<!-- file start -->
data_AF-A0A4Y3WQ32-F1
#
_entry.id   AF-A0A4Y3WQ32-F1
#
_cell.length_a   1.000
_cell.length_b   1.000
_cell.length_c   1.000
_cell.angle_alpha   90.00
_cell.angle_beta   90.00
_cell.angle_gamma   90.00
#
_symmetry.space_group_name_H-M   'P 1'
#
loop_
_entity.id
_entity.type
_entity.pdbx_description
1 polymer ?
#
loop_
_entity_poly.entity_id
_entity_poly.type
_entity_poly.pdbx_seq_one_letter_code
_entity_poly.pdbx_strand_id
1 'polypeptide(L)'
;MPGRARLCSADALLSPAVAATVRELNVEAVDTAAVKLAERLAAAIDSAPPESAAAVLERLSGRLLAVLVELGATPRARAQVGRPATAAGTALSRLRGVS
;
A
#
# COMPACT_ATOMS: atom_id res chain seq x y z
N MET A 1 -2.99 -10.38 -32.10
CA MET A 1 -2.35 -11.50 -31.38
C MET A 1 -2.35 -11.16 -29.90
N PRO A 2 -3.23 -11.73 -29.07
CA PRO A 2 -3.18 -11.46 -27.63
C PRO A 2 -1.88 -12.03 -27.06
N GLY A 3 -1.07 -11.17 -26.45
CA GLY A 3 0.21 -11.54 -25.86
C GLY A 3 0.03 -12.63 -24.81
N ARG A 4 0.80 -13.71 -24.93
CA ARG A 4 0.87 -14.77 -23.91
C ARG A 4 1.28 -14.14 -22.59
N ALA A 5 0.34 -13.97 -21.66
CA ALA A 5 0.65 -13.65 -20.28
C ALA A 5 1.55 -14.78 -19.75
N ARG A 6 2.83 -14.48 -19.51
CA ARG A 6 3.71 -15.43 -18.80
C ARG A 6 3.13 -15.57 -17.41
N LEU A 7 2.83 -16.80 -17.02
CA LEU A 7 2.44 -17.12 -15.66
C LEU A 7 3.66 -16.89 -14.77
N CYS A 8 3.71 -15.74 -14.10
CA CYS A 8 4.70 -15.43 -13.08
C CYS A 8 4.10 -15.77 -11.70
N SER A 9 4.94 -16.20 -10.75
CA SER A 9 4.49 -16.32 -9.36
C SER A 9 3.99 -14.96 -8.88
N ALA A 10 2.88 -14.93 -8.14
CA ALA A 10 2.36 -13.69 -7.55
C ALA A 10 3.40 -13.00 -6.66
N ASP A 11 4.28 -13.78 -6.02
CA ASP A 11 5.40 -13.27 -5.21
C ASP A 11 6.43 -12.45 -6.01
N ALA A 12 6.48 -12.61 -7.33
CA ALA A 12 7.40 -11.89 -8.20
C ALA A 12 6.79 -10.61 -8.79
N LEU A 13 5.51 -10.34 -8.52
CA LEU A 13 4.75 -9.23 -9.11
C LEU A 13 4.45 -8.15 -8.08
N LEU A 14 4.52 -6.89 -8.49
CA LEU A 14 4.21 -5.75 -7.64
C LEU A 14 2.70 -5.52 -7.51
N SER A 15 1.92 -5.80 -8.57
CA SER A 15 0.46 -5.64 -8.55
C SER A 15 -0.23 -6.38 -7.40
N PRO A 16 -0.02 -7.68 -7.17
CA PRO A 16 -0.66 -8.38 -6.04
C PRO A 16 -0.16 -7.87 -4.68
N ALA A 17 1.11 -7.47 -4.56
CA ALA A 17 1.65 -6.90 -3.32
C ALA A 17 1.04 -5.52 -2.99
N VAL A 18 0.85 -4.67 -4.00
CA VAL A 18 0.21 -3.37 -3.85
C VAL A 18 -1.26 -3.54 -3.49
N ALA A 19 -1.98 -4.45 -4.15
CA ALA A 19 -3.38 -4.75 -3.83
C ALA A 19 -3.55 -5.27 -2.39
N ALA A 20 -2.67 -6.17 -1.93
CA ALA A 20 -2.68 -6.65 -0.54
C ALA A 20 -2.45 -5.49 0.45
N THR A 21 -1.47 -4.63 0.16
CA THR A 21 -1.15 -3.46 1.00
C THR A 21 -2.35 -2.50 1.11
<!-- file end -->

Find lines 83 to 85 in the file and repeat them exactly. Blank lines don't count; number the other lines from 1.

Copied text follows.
CA VAL A 18 0.21 -3.37 -3.85
C VAL A 18 -1.26 -3.54 -3.49
N ALA A 19 -1.98 -4.45 -4.15